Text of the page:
Associate Professor Joel Pearson

Associate Professor Joel Pearson

Associate Professor Joel Pearson

NHMRC Career Fellow level 2 & Associate Professor

BFA (Fine Arts), 1999, UNSW College of Fine Arts, Sydney
BA (Psych.), 2003, Macquarie University, Australia
Hon (1st), 2004, The University of Sydney
Ph.D., 2007, The University of Sydney

2007, Post-Doctoral Research Fellow, Vanderbilt University, Nashville TN Department of Psychology

2007-2009,CJ Martin Fellow, (co-appointment) Vanderbilt and Sydney Universities, Departments of Psychology

Contact details

Phone: (02) 9385 3969
Email: Associate Professor Joel Pearson
Fax: (02) 9385 3641

Office: Mathews, Room 510

Research Summary

Research Areas: Joel Pearson studies Cognitive Neuroscience, specifically the mechanisms and application of mental imagery, hallucinations, decision-making, the science of intution, memory, metacognition, visual perception, learning, attention and awareness by using behavioural, human brain imaging and brain stimulation techniques.

Post-traumatic stress disorder and anxiety: assessment, mechanisms, and treatment.

Joel is the founder and director of the UNSW Science of Innovation Lab or SIL. A hands on empirical lab that develops new methods to scientifically study all related aspects of innovation using Psychology and Neuroscience. Many of the qualities or skills thought to be important for innovation: intuition, creativity, resilience, thinking outside the box etc. rely on subjective self-report questionnaires or are considered beyond the scope of science SIL is changing all that!


Keogh, R., Bergmann, J., & Pearson, J. (2016). Cortical excitability controls the strength of mental imagery. bioRxiv.

Koenig-Robert, R., & Pearson, J. (2016). Decoding the nonconscious dynamics of thought generation. bioRxiv.

Pearson, J., Chiou, R., Rogers, R., Wicken, M., Heitmann, S., & Ermentrout, B. (2016). Sensory dynamics of visual hallucinations in the normal population. eLife 2016;5:e17072 [Business Insider] [LiveScience] [Science alert] [Daily Mail] - watch Joel Pearson talking about this research here.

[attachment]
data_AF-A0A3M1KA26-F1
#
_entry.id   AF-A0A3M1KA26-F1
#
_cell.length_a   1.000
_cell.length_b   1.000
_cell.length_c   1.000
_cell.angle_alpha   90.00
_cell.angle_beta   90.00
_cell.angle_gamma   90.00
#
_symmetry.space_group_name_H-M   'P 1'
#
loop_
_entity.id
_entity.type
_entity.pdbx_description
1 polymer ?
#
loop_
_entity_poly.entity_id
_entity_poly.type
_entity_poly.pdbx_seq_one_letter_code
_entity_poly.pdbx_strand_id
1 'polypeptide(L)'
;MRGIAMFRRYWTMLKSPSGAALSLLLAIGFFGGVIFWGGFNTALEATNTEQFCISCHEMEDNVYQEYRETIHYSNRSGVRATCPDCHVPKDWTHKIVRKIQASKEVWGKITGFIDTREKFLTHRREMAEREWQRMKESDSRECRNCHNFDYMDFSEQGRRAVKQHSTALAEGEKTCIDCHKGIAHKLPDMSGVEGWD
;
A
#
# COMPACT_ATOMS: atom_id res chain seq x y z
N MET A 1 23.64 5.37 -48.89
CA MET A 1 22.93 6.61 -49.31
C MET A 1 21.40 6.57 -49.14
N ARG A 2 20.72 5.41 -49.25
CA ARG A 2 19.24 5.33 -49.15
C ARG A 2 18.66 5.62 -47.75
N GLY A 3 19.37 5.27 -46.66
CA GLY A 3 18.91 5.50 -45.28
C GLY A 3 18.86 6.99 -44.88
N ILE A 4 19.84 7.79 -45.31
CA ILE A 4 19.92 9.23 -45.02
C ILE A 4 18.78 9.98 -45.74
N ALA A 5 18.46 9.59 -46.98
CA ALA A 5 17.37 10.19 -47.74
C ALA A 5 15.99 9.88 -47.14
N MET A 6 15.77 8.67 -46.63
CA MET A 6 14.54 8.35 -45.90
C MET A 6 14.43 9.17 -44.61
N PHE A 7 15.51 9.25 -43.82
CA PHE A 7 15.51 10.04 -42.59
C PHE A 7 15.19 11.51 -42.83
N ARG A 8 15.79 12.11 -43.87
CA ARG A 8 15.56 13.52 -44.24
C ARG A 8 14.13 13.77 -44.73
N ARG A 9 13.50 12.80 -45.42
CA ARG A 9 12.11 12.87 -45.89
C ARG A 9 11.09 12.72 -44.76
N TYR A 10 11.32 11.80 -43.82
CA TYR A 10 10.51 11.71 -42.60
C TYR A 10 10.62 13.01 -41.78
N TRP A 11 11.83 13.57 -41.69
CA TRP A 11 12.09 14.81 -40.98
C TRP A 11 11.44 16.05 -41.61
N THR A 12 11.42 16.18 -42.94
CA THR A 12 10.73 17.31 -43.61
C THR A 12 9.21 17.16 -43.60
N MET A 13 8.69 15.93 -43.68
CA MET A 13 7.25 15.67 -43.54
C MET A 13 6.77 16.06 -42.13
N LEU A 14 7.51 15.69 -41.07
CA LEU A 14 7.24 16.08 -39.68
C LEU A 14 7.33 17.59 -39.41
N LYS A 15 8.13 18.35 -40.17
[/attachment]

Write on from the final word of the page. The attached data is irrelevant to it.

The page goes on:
Payzan-LeNestour, E., Balleine, B. Berrada,T & Pearson, J. (2016). Variance after-effects distort risk perception in humans. Current Biology.

Lulfityanto, G., Donkin, C. & Pearson, J. (2016). Measuring Intuition: Non-conscious Emotional Information Boosts Decision Accuracy and Confidence. Psychological Science.

Atasoy, S. Donnelly, I. & Pearson, J.(2016). Human brain networks function in connectome specific harmonic waves. Nature Communications.

Bergmann, J., Pilatus, U., Genç, E., Kohler, A., Singer, W. & Pearson, J. (2015). V1 surface size predicts GABA concentration in medial occipital cortex. NeuroImage.

Pearson, J., Naselaris, T., Holmes E.A., & Kosslyn S. M., (2015). Mental imagery: Functional mechanisms and clinical applications. Trends in Cognitive Sciences.

Bergmann, J., Genç, E., Kohler, A., Singer, W. & Pearson, J. (2015).  Smaller primary visual cortex is associated with stronger, but less precise mental imagery. Cerebral Cortex. doi: 10.1093/cercor/bhv186

Pearson, J. & Kosslyn S.M. (2015). The Heterogeneity of Mental Representation: Ending the Imagery Debate. Proceedings of the National Academy of Sciences.

Dieter, K.C., Tadin, D. & Pearson, J. (2015). Motion-induced blindness continues outside visual awareness and without attention. Scientific Reports.5, 11841.

Pearson, J & Westbrook, F. (2015). Phantom perception: voluntary and involuntary non-retinal vision. Trends in Cognitive Sciences. 19(5), 278–284. 

Wassell, J. Rogers, S. Felmingam, K.L. Bryant, R.A. & Pearson, J. (2015). Sex hormones predict the sensory strength and vividness of mental imagery. Biological Psychology. 107, 61–68.

Shine J., Keogh, R., O’Callaghan, C. Muller, A., Lewis, S. Pearson, J. (2014). Imagine that: Elevated sensory mental imagery in individuals with Parkinson’s disease and visual hallucinations. Proceedings of Royal Society: B. 282: 20142047.

Vlassova, A., Donkin, C. & Pearson, J. (2014). Unconscious information changes decision accuracy but not confidence. Proceedings of the National Academy of Sciences.

Wassell, J. Rogers, S. Felmingam, K.L. Pearson, J. & Bryant, R.A. (2014). Progesterone and Mental Imagery Interactively Predict Emotional Memories. Psychoneuroendocrinology.

Keogh, R. & Pearson, J. (2014). The sensory strength of voluntary visual imagery predicts visual working memory capacity. Journal of Vision. 14 (12):7, 1-13.

Bergmann, J., Genç, E., Kohler, A., Singer, W.A.  & Pearson, J. (2014).Neural anatomy of primary visual cortex limits individual visual working memory. Cerebral Cortex.